(noob) Source Provided Effectivity vs. Satellites vs. Snapshot Loads


Our source data frequently includes an effective date. We do include the common contact info bits like phone, address, and email. Each one of these has a specific type code and effective date that relates back to a person. Same pattern a million other databases use.

One difference, that may or may not matter, is that we’re doing a full import of the source data every day. We do not have any CDC system in place.

I have been digging in the Linstedt and Cuba books but am having a hard time pinpointing the phrasing that I can use to make my case to our standards group.

When loading the satellites, we are using the pattern of comparing every row in the staging table to only the most recent versions in the satellite partitioned by business key ranked over LoadDate. The business keys for the contact info parts is PERSON+TYPE. If any of the source rows, compared to this most-recent subset of satellite rows have a different hashdiff, they get loaded.

The problem is that the satellites are just full of duplicate data now. Every time it loads, most of the snapshot data is deemed “new”.

There was a line in Cuba’s book, (p 209, under figure 4-46) “Effectivity supplied by the source is merely hashed into a record hash (hashdiff) column and loaded like any other satellite load.”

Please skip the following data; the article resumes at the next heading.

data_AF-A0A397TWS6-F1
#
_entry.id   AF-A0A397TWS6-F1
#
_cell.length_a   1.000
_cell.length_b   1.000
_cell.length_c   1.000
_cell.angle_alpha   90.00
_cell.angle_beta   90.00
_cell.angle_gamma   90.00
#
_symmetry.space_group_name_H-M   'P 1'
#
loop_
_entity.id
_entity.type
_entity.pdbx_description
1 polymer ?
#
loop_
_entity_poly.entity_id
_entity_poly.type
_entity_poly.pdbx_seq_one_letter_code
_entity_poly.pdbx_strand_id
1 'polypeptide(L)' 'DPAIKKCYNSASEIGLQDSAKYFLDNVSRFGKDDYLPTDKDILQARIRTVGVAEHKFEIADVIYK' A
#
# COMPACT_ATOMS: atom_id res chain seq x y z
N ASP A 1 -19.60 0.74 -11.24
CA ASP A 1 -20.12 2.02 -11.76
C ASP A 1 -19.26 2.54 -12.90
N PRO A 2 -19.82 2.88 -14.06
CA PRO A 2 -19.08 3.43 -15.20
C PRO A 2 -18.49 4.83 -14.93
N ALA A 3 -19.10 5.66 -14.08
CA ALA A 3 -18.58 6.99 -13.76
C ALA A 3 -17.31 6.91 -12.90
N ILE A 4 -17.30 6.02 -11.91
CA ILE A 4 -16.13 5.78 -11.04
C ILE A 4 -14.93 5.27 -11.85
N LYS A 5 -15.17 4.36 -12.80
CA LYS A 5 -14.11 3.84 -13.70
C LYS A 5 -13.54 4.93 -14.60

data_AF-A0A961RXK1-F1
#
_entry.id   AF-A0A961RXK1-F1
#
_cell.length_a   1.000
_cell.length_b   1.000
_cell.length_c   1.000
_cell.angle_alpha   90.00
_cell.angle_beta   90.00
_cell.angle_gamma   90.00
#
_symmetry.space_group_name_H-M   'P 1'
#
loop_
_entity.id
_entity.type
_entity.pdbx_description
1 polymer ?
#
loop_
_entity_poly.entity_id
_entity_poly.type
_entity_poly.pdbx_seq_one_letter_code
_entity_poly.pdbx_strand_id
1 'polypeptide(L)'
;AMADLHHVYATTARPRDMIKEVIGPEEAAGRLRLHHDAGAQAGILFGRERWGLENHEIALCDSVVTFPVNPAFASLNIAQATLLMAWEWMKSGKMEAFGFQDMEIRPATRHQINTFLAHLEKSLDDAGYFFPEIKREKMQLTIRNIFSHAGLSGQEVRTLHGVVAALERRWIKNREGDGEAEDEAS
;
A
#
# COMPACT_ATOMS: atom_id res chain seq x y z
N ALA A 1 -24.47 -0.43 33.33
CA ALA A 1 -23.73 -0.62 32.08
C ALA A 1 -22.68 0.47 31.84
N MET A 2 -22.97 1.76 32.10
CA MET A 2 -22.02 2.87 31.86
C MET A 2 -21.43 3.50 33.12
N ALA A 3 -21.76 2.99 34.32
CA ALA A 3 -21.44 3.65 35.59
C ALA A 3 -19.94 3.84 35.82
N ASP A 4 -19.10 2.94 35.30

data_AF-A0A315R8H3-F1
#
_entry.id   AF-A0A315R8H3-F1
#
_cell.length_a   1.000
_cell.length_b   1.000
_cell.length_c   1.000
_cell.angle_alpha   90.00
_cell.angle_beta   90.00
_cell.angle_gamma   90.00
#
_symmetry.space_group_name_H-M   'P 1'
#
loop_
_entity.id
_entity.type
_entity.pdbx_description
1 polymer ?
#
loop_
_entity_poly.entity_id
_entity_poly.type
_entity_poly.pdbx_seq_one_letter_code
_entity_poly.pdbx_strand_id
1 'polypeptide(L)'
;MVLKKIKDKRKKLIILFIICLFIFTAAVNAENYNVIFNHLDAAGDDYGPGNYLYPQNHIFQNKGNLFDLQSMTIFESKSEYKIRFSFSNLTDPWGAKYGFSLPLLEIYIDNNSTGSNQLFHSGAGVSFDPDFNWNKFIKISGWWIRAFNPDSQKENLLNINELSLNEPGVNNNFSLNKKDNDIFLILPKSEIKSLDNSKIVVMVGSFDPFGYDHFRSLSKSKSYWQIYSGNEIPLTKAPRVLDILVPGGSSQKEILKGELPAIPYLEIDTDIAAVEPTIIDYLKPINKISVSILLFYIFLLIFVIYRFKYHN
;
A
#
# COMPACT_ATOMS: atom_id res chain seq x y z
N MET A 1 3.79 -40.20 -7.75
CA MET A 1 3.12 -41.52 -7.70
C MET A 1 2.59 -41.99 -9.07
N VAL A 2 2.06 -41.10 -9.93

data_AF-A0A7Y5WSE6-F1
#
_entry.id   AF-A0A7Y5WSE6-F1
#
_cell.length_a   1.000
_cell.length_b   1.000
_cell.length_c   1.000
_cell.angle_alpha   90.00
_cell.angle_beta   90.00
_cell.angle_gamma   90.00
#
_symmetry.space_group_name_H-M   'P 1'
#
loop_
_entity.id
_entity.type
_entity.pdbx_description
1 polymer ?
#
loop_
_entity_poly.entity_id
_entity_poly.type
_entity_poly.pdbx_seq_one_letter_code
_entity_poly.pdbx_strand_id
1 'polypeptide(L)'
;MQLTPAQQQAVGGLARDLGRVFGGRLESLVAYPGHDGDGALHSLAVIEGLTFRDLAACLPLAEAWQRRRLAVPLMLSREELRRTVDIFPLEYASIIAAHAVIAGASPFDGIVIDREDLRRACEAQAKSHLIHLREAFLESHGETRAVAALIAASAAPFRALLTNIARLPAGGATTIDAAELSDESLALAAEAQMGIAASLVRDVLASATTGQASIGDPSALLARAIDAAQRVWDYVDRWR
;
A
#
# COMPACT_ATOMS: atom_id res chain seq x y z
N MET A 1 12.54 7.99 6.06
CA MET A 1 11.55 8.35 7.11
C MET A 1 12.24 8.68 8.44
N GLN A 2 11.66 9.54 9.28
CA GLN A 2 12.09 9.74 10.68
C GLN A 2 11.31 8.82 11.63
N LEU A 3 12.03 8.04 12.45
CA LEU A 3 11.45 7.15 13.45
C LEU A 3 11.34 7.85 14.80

That was already being done. I’m just missing the logic on what the books are telling us to do vs. what is intuitive in the SQL.

One of the other developers thought it just looked weird and on these source-supplied effectivity tables, he ignored the “most recent vault item” lookup completely and loaded the satellites just like a hub. It works fine.

Tonight, I changed the business key to include PERSON+TYPE+EFFDT. That works. This means, I probably could have just modified the window function to partition by PERSON,TYPE over EFFDT,LoadDate and probably got the same result. What is the common pattern with EFFDT here?

But, in the eyes of the standards group, both of these will appear to be non-compliant workarounds.
We need to document this choice and show that is part of the DV methodology. Just saying, “it works, even though every book and blog post tell us to do something else…” isn’t going to go over well.

So what am I missing?


Well, this is one of the problems if you rely on the source to deliver the effectivity.
I would treat the delivered effectivity as a regular attribute in the satellite.
Make sure to use RTS for effectivity and split the satellite if the effectivity attributes delivered from the source changes often.
Good luck!

This is not a business key — perhaps PERSON is and TYPE is a dependent child key

And dates are never business keys (or a part of)

EFFDT looks like just an attribute